She successfully defeats Agatha Trunchbull by writing a message on the chalkboard, posing as the Trunchbull's deceased brother-in-law, who threatens her. After the Trunchbull passes out, she regains consciousness a few minutes later and proceeds to attack two other students. Matilda thwarts her once again, and the entire school revolts, throwing their lunches at the Trunchbull as she flees in her car.
Following this, her father gets busted by the authorities for his illegal dealings. They plan to flee to Guam to avoid the authorities (although this was a rather unintelligent move, with Guam being a territory of the US). Matilda insists upon staying with her teacher, Jennifer Honey, and her parents agree.
Powers and Abilities
In spite of her age, she is an exceptional telekinetic (the said power is not mentioned outright in book and its adaptations). She first discovered this when she accidentally destroyed a TV she was forced to watch and later, making some food that was falling land perfectly on her plate. In the book, she discovered it when she accidentally caused the glass from which Miss Trunchbull drinks tips over and a newt (which Lavender caught in her garden and placed in the water pitcher) jumps onto Miss Trunchbull's shirt.
The Trunchbull, who tends to speculate with no backup evidence, accuses Matilda of running out and tipping the glass over when she wasn't moving. When Matilda said that she didn't do it due to not being aware with what just happened, a verbal argument between Matilda and Miss Trunchbull ensues, which lasts for about a minute. Miss Trunchbull ends the argument by telling Matilda to sit down and be quiet. Matilda would later hone her skills with this newfound ability, through which she discovered that her telekinesis seems to be at its peak whenever something angers her: When recalling the mistreatment that she receives from her family, her rage over those memories resulting the output of telekinetic force she unleashed greater than she intended.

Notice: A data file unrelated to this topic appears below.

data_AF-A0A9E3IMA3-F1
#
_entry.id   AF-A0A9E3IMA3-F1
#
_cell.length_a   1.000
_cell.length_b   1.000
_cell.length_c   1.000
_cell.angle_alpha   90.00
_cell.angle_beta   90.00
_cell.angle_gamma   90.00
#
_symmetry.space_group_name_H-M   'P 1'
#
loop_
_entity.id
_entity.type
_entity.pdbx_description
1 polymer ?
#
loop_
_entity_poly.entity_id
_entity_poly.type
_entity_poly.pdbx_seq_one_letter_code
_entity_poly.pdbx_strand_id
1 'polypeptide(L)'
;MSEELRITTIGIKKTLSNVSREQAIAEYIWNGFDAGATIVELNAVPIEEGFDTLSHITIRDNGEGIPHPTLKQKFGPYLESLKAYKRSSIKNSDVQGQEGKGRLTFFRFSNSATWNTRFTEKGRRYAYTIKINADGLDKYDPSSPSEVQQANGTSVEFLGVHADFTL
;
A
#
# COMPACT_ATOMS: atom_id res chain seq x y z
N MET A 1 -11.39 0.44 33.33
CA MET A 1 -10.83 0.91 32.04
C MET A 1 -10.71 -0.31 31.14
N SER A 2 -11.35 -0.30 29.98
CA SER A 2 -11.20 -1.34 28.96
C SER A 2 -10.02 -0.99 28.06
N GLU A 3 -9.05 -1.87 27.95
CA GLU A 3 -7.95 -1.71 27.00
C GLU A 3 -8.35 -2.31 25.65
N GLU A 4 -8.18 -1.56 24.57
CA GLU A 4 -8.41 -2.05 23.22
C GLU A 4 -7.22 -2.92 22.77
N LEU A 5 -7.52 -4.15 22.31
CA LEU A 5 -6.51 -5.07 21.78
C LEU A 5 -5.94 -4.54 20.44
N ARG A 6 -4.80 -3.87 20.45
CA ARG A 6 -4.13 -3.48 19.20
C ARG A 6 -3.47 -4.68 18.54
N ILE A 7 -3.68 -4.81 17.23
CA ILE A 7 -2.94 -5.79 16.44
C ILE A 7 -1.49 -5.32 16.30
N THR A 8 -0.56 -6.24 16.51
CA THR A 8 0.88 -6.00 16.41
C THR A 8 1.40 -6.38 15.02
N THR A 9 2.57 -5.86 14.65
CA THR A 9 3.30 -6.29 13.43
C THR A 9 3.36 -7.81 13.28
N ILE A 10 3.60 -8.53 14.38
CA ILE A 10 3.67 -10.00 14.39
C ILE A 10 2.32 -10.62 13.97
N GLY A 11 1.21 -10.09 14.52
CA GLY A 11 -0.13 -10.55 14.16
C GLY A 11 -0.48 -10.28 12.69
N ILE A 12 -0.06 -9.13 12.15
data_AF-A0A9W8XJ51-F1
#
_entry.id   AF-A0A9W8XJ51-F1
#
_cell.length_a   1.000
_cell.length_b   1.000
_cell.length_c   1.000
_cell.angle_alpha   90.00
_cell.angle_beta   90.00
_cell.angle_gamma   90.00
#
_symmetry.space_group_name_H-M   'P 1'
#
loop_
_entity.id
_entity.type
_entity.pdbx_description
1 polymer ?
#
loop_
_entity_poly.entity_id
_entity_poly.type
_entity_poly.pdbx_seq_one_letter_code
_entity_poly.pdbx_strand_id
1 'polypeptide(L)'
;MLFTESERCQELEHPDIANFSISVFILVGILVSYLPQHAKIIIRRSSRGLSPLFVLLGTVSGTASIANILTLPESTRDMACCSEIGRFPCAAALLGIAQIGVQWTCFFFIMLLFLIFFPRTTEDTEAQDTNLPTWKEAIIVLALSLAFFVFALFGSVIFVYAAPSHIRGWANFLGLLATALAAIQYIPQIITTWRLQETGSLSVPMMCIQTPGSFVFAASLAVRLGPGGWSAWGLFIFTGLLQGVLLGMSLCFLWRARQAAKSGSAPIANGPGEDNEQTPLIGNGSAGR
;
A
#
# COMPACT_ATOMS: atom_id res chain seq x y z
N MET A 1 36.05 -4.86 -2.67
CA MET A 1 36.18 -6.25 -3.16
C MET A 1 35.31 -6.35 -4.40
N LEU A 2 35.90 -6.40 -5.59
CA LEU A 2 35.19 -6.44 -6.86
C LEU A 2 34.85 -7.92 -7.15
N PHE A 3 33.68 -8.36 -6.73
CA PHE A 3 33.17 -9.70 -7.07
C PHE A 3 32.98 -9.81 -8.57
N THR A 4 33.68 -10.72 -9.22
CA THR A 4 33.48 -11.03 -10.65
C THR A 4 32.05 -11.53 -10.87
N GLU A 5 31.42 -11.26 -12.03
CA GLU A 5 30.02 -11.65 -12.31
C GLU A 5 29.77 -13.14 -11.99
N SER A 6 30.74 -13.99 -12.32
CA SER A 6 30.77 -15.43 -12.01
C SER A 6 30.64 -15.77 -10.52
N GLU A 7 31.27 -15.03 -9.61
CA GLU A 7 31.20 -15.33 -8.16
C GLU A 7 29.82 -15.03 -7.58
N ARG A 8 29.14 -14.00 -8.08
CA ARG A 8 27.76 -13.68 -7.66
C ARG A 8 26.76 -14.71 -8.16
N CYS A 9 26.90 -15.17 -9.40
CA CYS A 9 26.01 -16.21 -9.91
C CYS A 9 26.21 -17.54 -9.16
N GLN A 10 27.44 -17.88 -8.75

While the use of her powers in the novel was limited to an object that she was directly concentrating on, Matilda's capabilities in film seemed to be more potent as in the end of the movie, she was able to move a book and start a car without any problems. It is possible that if she had plenty of practice, she could be able to move larger objects.
In the musical, Matilda had additional psychic powers in form of establishing psychic connections with other people such as Miss Honey and psychometry (the ability to gain memories by touching objects).
- Matilda claims that she celebrated her birthday in August, and because she likes books, nature, healthy food, animals, and cleaning, Matilda is likely to be Virgo.
- Matilda's character parallels to that of various tragic gifted villainess such as Sachiko Shinozaki, Carrie White, Aggie Prenderghast, and Alessa Gillespie (though Carrie is the one who shares similar traits with her the most). All of them are mistreated females that possessed unusual powers, and also used their respective powers to wreak vengeance on their tormentor(s). In stark contrast of them who treated as outcasts worth to hate, Matilda is mistreated by only a handful of individuals — namely, her abusive family and her archenemy Miss Trunchbull.
- In addition to this, Matilda was also shown to be more heroic since her innocence made it so that she persevered despite the odds, and that she was able to properly use her powers for good.